Edith Trembly sees the devil. He looms large and imposing just outside her bedroom window, the window of the upstairs farmhouse bedroom she shares with her husband of fifteen years, Edgar. Appearing just as the devil illustration on eccentric neighbor Molly Jefferson’s devil tarot card, the devil begins to stalk and haunt Edith, both in her dreams and while awake. If only Edith could know her visions would soon consume her.
Life on the Trembly farm in 1933 is hard and isolating. The Great Depression has devastated the country, the Dust Bowl looms, and the crops of the Trembly farm are barely producing; the ground is hardening, and the annual income continues to dwindle. Childless, perhaps barren, Edith finds herself dreaming of another life, one more eventful and exciting, a life like her sister Beverly’s out in California, where their judgmental and disapproving mother now resides. Left alone in Oklahoma with Edgar, the stress and pressures of the dying farm and heirless marriage continue to rise and mount. Edgar’s wariness turns to desperation, and a young, handsome farmhand, Joe DiAngelo, is hired to assist in the grueling yet nearly fruitless manual labor. Edith’s discontent and unexplored lust and desires are soon focused on young Joe, although guilt and shame quickly become too much to bear, causing Edith to spiral.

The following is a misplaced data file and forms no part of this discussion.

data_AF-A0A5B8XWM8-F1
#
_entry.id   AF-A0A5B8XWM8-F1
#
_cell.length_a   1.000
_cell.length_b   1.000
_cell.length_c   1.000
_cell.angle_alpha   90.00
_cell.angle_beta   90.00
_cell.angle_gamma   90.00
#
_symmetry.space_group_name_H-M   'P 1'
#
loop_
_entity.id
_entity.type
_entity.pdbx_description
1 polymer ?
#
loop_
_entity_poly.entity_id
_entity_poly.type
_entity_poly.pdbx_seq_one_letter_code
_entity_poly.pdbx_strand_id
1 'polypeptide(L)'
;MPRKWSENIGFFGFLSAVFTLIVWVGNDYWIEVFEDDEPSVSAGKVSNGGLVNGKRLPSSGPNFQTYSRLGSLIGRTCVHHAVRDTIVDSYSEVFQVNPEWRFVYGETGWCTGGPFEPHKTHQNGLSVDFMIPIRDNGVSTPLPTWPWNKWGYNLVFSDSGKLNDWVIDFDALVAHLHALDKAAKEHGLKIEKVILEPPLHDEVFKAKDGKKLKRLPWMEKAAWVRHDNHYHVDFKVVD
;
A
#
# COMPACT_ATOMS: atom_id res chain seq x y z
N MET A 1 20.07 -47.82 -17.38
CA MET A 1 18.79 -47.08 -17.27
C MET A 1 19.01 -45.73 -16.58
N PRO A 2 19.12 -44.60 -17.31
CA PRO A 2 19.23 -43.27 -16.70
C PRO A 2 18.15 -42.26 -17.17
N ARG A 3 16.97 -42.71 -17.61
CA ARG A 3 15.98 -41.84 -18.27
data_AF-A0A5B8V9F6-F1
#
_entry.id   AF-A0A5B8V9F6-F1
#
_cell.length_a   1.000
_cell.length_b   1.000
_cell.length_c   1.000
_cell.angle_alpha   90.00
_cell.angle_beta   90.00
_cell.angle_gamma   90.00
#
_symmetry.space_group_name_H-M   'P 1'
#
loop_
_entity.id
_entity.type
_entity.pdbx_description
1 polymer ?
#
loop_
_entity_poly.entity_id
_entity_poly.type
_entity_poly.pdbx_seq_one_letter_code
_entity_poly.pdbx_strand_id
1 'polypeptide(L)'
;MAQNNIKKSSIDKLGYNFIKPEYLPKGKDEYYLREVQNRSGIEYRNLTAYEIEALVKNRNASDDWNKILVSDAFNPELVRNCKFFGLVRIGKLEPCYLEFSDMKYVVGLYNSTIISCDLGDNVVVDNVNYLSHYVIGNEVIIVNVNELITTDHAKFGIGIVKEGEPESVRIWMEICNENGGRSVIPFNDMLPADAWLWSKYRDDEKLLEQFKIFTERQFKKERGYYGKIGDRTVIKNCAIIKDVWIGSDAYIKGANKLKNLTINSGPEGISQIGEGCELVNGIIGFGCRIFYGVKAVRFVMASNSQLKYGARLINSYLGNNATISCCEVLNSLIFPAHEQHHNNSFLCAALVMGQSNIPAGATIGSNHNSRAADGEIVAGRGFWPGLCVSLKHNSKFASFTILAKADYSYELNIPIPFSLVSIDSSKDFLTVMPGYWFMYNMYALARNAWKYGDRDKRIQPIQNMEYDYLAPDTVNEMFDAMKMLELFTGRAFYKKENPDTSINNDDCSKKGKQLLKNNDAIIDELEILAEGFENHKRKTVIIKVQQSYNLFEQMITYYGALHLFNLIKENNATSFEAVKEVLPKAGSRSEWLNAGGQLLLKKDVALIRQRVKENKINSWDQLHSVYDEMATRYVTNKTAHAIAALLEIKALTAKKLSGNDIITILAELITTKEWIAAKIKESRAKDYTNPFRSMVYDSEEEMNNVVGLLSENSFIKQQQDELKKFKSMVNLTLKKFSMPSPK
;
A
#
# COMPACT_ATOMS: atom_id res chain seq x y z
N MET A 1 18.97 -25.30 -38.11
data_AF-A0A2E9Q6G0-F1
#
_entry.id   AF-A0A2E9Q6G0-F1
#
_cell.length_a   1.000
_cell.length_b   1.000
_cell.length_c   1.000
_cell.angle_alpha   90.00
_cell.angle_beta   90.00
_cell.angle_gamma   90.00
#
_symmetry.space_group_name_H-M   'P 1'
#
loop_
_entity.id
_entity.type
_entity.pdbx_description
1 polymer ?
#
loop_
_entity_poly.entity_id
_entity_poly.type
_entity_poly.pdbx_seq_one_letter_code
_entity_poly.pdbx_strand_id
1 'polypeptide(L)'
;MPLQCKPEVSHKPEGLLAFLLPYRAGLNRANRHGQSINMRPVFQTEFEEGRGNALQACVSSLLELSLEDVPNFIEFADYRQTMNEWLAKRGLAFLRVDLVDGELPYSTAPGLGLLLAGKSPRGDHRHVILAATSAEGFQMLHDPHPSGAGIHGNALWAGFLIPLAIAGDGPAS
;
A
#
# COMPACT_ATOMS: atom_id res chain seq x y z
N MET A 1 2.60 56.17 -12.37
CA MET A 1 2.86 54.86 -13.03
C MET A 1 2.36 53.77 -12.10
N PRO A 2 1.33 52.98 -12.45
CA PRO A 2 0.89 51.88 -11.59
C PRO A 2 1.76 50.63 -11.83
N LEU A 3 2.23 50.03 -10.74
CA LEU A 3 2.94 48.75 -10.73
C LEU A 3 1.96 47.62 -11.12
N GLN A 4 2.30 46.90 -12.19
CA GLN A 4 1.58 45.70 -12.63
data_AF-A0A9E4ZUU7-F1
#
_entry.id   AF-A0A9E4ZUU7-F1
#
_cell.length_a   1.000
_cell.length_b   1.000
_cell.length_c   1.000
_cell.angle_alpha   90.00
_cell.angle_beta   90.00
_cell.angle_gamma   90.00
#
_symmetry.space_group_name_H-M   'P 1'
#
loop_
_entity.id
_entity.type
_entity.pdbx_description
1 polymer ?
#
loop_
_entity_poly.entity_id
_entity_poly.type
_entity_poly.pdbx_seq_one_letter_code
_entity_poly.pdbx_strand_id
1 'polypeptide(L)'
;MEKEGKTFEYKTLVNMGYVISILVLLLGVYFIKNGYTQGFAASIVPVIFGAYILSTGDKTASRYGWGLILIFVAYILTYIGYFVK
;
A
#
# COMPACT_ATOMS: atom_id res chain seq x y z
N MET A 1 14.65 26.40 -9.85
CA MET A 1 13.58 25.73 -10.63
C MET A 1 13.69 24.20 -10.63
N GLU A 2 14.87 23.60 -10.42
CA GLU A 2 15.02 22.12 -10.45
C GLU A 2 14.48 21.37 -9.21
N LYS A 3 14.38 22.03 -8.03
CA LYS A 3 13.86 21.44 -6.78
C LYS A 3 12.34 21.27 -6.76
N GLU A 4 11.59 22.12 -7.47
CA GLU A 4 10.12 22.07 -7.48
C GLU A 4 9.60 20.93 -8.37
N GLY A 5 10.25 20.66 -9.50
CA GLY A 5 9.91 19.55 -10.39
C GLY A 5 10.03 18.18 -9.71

Set against a sparse yet homey background, The Devil and Mrs. Trembly tells the frightening, psychological horror story of a young woman’s deteriorating mental health amid a nation’s economic struggle and the unraveling of a complicated marriage. Is it the devil Edith sees outside her bedroom window, or is it just a shadowed projection from her own twisted mind?